alternation. Some food for thought on the idea that it's either Facebook or
the lecture; for some students it might be both at once.

Thanks for sparking some initiative on the part of another lurker.

Andrew D. Coppens

> Message: 13
Date: Thu, 15 Mar 2012 07:36:29 -0400
> From: "Michael Glassman" <MGlassman@ehe.osu.edu>
> Subject: RE: [xmca] adult affordances
> To: "eXtended Mind, Culture, Activity" <xmca@weber.ucsd.edu>
> Message-ID:
>        <B33131190AB080468C8D5FA5DBCD4EFD789563@helios.hec.ohio-state.edu>
> Content-Type: text/plain; charset="iso-8859-1"
> So here's the punchline,
> When I first started doing this it was a disaster and I got really angry
> at the graduate student who suggested it.   I was constantly losing the
> students and was feeling frustrated, feeling I was competing with all these
> devices.  But I also met pretty regularly with that graduate student and
> another discussing a number of issues about the Internet, which I have
> become really interested in, but was born too late to really have the
> perspective of a "digital native."   It would be funny sitting
> Message: 14
> Date: Thu, 15 Mar 2012 07:47:09 -0400
> From: "Michael Glassman" <MGlassman@ehe.osu.edu>
> Subject: RE: [xmca] adult affordances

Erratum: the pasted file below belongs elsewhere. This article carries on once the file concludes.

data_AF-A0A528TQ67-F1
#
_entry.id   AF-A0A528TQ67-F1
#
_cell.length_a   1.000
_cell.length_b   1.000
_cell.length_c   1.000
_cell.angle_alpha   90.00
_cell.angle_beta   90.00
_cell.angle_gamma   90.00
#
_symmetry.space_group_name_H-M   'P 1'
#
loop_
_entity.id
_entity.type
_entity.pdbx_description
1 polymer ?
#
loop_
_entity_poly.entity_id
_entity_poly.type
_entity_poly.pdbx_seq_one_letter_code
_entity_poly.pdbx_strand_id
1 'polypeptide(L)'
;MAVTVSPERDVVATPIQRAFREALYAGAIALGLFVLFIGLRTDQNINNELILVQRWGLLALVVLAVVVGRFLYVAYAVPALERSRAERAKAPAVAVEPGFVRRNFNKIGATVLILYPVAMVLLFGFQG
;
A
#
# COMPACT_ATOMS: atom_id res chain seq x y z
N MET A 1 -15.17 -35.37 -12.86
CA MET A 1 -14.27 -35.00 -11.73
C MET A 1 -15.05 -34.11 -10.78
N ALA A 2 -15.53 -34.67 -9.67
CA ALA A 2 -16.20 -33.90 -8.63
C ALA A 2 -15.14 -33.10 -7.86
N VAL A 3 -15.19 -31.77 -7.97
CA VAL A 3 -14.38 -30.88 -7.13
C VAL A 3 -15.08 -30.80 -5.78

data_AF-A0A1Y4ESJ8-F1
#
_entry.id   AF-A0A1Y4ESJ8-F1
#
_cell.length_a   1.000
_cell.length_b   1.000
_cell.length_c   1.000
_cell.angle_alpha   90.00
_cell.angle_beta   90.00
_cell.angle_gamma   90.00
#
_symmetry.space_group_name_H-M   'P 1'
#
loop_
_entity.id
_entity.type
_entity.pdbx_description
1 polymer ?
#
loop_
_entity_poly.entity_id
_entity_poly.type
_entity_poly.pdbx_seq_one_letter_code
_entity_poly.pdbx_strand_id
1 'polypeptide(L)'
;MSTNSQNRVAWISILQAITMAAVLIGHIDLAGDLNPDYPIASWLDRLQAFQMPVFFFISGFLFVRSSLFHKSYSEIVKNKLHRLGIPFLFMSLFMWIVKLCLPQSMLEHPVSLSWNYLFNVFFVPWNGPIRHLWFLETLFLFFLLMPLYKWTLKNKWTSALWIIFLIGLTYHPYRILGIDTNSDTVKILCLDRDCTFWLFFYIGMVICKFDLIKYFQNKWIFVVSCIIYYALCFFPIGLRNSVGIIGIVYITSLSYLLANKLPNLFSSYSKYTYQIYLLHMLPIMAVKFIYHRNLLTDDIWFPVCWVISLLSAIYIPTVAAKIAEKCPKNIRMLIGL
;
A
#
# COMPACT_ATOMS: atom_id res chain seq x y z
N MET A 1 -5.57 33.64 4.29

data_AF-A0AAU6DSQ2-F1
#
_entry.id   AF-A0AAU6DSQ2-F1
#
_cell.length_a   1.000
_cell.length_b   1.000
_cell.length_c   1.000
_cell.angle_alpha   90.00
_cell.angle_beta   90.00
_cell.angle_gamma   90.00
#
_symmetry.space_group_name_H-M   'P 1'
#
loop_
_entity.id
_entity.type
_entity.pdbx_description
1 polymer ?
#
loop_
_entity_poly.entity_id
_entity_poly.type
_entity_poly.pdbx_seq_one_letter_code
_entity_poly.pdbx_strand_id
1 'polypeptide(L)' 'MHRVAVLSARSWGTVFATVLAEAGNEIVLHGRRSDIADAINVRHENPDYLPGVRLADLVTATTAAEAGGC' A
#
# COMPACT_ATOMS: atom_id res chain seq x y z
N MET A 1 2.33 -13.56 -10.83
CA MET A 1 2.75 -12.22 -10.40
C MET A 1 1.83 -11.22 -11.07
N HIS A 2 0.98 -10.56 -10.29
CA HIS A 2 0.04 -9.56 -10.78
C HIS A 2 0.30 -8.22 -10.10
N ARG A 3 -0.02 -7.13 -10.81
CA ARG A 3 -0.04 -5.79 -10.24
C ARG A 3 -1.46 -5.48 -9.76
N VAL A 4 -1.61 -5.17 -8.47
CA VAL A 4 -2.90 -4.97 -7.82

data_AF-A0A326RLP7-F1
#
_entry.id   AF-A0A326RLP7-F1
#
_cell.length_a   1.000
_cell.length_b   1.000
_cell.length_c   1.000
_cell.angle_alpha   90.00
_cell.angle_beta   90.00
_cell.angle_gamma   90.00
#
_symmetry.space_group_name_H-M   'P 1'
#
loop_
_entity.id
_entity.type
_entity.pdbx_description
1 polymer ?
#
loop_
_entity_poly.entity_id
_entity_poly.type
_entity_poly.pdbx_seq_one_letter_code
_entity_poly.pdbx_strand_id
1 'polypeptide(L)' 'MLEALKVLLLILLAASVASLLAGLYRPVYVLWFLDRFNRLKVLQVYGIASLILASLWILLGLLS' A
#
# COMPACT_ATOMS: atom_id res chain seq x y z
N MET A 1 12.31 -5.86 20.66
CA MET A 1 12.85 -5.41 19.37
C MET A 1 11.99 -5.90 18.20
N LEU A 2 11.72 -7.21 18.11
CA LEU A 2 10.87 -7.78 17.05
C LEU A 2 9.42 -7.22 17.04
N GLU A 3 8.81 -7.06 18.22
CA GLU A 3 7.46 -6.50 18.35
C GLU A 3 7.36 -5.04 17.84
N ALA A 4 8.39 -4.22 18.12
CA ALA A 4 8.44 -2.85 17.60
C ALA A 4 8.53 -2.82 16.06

> To: "eXtended Mind, Culture, Activity" <xmca@weber.ucsd.edu>
> Message-ID:
>        <B33131190AB080468C8D5FA5DBCD4EFD789564@helios.hec.ohio-state.edu>
> Content-Type: text/plain; charset="iso-8859-1"
> Sorry, don't know how this got sent early,
> Anyway, it would be funny sitting with the two students who would both
> have their computer and smartphone and ipad all laid out in front of them
> and during our discussion things would be rinings and buzzing.   Slowly I
> started to understand both through discussion and experience the rhythms of
> their experience, which I hypothesize has changed in this new technology,
> and we discussed how to incorporate that into the classroom teaching.
> Things starting getting a lot better, or at least I became less frustrated.
>   We have entrance and exit blog posts for the class - the blog being a
> central tool in the class.  The last two classes the students have almost
> universally described how at first they would just go to their Facebook
> page, but as the class went on - usually sometime around the third week for
> many students, they would start to turn their attention back to what was
> happening in class - and they went much deeper into what was being said,
> because it was their attention, t
>  heir choice, their interest.  They might start googling what was being
> talked about, finding their own information, their own sources, which they
> would post on the blog.   Then they got a real kick from teaching and